Like other titanium metal products, titanium wire offers high strength, long lasting durability and high corrosion and wear and tear resistance. In automotive, medial and aerospace industries, titanium is used for applications requiring stable and non-reactive materials. As a naturally ductile metal, titanium is also low-fracture and can therefore be formed and stretched into wire of thin diameters. As pure titanium does not occur naturally, the forms of titanium used by manufacturers are different titanium alloys. Other metal components are added to titanium to improve its malleability and therefore range of use.
Alloys will differ in terms of composition and physical properties and therefore will be more suited to specific applications. Titanium grades are used to classify alloys according to an established and regulated system. These grades can then be used by manufacturers to determine the most suitable alloy for their needs and can be considered in terms of dimensions, production processes and performance features. Being a fairly low conductor of electricity, titanium wire is also well suited for low-conductive purposes such as semi-conductor manufacturing or use in chemical industries.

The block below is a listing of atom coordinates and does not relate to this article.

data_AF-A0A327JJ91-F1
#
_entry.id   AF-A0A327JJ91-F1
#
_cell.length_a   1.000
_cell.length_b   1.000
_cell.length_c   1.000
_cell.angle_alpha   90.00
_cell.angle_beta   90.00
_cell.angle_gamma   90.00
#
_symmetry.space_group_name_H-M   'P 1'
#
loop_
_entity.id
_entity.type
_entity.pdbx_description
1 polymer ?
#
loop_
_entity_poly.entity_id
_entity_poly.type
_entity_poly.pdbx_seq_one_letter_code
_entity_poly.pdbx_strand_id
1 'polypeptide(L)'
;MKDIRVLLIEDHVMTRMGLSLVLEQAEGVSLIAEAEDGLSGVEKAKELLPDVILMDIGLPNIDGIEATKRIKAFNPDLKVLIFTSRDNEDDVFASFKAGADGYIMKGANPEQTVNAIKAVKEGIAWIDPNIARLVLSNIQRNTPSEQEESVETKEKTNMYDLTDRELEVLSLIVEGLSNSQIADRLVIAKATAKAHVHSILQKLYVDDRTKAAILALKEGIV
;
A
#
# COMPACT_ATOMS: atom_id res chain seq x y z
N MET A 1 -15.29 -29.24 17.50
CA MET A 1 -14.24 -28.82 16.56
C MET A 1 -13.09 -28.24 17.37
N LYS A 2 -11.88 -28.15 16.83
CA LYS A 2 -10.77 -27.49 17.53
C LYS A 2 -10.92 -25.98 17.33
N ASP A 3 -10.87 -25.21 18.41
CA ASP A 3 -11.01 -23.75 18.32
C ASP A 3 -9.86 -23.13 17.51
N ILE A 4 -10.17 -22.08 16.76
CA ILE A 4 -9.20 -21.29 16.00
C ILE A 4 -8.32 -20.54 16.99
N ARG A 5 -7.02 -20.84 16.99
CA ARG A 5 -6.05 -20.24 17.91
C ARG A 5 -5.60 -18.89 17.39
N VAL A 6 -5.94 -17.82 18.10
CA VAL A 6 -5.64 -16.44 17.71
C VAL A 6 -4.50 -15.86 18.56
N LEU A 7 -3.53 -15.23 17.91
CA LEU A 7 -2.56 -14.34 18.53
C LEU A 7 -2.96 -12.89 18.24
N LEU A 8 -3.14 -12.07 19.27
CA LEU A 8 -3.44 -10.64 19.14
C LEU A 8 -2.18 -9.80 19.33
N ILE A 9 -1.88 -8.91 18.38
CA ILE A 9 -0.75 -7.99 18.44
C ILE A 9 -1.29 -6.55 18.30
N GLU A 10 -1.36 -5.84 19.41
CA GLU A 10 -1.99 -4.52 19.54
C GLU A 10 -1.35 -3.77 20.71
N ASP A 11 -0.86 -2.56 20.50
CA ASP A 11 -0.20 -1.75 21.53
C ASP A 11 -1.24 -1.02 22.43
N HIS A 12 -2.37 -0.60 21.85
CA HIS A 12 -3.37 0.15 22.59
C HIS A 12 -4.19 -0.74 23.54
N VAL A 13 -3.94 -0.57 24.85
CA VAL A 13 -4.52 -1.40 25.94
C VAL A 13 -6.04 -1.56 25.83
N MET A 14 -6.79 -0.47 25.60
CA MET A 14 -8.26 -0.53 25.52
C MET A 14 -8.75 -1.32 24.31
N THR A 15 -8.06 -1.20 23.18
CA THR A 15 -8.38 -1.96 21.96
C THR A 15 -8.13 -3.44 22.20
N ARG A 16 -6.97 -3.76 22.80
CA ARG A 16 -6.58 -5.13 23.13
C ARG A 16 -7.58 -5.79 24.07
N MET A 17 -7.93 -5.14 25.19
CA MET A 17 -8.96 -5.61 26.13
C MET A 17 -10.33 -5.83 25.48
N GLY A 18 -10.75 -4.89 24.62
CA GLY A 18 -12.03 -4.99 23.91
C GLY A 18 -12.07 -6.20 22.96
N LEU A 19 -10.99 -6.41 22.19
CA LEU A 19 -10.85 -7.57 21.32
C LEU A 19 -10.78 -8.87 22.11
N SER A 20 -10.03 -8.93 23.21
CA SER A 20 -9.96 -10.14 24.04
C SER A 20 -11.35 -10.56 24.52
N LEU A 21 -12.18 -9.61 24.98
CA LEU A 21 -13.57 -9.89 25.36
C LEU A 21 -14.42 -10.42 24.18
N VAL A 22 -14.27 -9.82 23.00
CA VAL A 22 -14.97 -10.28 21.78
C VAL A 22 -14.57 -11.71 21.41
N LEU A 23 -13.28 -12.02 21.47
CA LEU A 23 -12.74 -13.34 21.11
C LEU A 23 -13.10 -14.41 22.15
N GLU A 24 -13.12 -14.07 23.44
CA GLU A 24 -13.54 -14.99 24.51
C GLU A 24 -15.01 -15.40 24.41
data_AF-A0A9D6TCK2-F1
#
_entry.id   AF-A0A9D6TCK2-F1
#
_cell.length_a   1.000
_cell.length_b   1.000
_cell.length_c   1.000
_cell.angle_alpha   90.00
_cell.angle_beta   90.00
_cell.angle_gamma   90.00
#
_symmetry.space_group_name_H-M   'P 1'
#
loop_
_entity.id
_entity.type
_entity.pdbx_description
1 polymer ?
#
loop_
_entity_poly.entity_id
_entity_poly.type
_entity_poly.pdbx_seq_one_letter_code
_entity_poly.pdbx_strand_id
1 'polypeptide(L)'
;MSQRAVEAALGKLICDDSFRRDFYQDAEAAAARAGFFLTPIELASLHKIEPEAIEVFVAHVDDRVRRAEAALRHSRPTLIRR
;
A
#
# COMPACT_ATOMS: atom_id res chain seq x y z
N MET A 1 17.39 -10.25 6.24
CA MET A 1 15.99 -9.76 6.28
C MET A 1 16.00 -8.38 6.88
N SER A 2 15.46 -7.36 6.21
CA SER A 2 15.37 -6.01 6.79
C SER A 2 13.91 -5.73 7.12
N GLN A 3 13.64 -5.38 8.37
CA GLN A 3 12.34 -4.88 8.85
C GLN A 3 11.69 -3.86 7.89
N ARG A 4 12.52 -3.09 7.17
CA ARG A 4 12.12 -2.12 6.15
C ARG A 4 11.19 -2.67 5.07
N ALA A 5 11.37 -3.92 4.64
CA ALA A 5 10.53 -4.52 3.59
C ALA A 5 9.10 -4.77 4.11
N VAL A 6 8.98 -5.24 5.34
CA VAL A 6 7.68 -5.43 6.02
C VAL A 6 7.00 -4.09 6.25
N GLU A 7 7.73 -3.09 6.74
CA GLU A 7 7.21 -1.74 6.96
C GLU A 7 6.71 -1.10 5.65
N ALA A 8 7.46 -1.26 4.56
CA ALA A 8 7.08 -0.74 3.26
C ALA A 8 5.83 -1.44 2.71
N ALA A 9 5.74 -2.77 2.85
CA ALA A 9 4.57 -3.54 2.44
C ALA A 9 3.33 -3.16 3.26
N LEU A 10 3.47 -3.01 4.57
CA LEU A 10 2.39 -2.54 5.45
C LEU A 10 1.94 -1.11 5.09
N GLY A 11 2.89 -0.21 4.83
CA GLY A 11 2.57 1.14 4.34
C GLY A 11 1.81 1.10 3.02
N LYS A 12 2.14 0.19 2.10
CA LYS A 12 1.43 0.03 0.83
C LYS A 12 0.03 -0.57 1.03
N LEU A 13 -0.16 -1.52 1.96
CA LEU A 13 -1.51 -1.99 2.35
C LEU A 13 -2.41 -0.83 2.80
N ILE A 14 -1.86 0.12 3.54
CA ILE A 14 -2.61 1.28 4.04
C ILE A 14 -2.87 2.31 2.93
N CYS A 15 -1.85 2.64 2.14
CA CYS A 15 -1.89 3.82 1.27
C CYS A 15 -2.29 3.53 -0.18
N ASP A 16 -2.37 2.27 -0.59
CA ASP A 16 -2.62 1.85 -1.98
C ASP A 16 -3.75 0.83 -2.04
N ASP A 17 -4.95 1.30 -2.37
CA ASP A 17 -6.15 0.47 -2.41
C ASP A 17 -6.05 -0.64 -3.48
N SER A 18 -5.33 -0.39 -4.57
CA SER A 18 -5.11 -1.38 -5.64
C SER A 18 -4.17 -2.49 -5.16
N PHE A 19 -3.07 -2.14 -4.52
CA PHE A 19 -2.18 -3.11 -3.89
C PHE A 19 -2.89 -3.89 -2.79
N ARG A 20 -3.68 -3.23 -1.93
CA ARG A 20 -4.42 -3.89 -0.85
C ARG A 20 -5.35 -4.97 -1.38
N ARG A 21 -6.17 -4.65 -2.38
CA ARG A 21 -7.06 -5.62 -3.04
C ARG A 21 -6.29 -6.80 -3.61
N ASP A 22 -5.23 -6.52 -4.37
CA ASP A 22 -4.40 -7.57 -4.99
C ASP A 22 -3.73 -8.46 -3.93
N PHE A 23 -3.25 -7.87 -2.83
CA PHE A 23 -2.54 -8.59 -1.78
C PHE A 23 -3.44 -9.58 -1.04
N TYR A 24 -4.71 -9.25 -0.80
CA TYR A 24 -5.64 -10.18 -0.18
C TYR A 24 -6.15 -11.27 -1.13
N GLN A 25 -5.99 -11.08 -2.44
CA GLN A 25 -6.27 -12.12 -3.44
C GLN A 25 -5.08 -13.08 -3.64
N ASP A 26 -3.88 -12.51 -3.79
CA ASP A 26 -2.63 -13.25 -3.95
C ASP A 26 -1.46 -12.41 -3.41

Common uses for titanium wire include in medical applications such as pacemakers or bone splints, in aircraft and automotive springs, fuel filtration systems, corrosion resistant support rods, brushes and filters. It has far higher strength to weight ratios than most other metals and therefore even thin titanium wire is able to be employed in heavy duty or heavy load applications. Titanium wire is typically supplied as either straight lengths, spools or coils and can vary in terms of diameter, strength and composition.
Other applications for titanium wire and wire cloth include aircraft and automotive springs, fuel filtration in satellites, brushes for cleaning heat exchangers and many other applications which require strength and low density. However, processing titanium can be a costly and time consuming process. It has to be extracted from mineral deposits, converted into a porous sponge using magnesium and then melted into bars, plates or sheets for secondary fabrications. The higher cost of titanium refining and fabrication is far outweighed by the metal’s broad and crucial spectrum of usefulness. Titanium wire may also be called fastener wire, spring wire, weld wire and medical wire depending on its intended application and the process of softening titanium into these wires is known as annealing.